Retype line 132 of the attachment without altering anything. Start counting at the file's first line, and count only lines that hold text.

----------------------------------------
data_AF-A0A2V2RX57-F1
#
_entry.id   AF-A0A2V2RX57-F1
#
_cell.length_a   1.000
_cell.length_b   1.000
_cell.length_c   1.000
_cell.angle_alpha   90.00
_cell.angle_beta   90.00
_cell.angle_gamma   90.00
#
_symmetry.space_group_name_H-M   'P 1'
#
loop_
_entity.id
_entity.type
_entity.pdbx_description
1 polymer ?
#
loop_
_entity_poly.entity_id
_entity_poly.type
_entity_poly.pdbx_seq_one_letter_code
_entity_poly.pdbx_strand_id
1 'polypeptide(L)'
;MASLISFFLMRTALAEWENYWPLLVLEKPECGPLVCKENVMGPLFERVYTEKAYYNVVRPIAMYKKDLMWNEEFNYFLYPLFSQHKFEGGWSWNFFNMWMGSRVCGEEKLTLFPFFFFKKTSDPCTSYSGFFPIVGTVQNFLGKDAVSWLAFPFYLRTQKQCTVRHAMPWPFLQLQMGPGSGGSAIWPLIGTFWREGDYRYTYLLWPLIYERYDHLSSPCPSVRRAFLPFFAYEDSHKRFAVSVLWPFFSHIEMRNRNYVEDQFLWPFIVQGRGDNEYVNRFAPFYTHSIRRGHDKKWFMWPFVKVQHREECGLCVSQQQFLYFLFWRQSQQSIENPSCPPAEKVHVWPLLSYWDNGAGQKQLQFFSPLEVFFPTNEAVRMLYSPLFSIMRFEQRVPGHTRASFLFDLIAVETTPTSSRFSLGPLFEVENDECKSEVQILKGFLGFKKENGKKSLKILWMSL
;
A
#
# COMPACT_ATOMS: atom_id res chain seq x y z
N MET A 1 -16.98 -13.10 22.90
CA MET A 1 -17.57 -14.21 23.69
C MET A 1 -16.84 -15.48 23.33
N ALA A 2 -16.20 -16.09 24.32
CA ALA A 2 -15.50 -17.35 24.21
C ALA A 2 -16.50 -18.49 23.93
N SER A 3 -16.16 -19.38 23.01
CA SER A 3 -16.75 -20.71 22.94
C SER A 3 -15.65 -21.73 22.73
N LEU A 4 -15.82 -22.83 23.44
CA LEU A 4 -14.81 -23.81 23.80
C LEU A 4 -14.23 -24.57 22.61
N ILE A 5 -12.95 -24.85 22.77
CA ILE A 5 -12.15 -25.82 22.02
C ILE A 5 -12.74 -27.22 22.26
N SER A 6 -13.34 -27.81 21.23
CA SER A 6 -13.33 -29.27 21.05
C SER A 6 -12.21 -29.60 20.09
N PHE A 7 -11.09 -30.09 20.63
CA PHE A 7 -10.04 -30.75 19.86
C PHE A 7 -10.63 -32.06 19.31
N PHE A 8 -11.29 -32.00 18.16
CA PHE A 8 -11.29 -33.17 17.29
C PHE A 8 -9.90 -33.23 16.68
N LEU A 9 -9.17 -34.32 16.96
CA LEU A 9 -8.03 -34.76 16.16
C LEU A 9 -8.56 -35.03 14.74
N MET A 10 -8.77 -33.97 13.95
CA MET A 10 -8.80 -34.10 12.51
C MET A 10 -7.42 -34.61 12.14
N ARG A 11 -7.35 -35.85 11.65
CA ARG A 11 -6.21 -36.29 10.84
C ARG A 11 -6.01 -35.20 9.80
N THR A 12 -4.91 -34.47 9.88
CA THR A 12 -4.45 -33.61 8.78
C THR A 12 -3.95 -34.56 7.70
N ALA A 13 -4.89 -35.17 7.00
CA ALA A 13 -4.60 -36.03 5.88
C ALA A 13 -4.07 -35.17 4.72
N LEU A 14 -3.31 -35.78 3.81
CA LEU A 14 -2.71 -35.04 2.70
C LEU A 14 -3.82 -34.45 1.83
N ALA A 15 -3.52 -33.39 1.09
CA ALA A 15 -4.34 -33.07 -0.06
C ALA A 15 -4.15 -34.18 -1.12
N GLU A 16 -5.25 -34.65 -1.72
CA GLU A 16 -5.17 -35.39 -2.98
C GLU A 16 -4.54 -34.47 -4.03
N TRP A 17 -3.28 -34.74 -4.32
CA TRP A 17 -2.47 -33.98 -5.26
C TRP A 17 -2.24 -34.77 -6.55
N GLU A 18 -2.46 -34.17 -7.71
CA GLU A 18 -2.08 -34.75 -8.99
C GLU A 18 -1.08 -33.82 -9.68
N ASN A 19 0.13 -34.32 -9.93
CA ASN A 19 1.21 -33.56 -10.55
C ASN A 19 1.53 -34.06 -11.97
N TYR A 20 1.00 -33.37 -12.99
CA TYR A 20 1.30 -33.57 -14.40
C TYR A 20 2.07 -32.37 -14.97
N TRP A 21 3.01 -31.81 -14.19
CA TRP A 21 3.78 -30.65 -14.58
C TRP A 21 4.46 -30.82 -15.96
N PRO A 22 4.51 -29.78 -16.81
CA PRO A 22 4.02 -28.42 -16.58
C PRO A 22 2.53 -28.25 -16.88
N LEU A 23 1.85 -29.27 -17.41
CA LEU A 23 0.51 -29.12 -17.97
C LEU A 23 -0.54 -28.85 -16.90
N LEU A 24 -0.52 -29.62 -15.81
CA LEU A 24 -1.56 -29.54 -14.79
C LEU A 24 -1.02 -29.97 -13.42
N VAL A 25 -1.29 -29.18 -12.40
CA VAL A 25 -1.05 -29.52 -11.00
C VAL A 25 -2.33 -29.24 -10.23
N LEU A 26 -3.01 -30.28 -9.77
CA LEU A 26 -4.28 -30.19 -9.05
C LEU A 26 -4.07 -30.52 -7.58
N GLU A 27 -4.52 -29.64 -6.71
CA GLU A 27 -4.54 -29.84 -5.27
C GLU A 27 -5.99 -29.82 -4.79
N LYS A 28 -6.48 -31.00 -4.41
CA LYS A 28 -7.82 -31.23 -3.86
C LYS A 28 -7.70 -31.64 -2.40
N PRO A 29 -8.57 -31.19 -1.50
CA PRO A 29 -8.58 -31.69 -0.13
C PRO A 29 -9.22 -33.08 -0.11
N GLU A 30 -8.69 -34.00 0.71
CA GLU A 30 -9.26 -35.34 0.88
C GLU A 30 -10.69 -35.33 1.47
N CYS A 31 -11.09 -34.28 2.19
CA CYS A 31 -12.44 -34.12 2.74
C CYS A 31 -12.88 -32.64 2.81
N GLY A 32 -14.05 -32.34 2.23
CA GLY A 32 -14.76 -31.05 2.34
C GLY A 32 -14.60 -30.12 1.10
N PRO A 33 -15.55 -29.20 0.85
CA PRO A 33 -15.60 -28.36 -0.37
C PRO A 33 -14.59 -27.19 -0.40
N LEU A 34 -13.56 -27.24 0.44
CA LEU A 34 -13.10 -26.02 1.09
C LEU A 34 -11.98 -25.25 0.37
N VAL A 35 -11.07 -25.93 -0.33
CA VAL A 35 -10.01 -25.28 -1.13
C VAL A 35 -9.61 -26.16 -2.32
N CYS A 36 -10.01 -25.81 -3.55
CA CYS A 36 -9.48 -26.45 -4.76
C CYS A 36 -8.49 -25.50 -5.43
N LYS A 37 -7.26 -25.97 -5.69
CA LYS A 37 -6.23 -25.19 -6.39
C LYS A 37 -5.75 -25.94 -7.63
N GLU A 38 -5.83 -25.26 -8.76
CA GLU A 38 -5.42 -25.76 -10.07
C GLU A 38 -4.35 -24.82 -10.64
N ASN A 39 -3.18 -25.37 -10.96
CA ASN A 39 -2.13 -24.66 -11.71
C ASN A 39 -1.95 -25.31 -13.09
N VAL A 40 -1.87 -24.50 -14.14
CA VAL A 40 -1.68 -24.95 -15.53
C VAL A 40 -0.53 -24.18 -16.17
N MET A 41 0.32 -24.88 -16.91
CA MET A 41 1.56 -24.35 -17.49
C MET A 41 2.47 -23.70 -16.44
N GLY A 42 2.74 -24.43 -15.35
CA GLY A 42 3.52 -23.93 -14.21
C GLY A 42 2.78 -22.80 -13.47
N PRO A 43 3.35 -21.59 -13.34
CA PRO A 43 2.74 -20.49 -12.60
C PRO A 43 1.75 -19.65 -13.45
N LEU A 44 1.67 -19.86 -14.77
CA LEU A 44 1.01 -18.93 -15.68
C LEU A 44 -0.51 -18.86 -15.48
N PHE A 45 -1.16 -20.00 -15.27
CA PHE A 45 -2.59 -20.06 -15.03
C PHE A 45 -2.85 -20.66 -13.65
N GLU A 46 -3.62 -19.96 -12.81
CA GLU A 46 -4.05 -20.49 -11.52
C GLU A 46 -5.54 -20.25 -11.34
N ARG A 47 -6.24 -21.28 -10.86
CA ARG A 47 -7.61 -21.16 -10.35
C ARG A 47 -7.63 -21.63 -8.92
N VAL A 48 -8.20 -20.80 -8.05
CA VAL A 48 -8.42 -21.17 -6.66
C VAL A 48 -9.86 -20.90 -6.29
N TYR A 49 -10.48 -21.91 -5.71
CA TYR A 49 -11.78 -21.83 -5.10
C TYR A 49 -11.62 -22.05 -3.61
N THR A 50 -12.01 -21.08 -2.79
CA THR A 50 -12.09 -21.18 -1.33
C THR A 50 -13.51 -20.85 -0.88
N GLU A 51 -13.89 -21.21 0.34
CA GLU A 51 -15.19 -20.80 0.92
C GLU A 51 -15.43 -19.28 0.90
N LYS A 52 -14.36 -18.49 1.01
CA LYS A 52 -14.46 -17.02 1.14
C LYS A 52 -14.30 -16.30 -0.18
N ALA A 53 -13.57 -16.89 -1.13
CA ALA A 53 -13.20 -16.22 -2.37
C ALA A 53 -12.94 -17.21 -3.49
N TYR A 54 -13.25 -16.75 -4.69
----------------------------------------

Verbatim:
C LEU A 34 -11.98 -25.25 0.37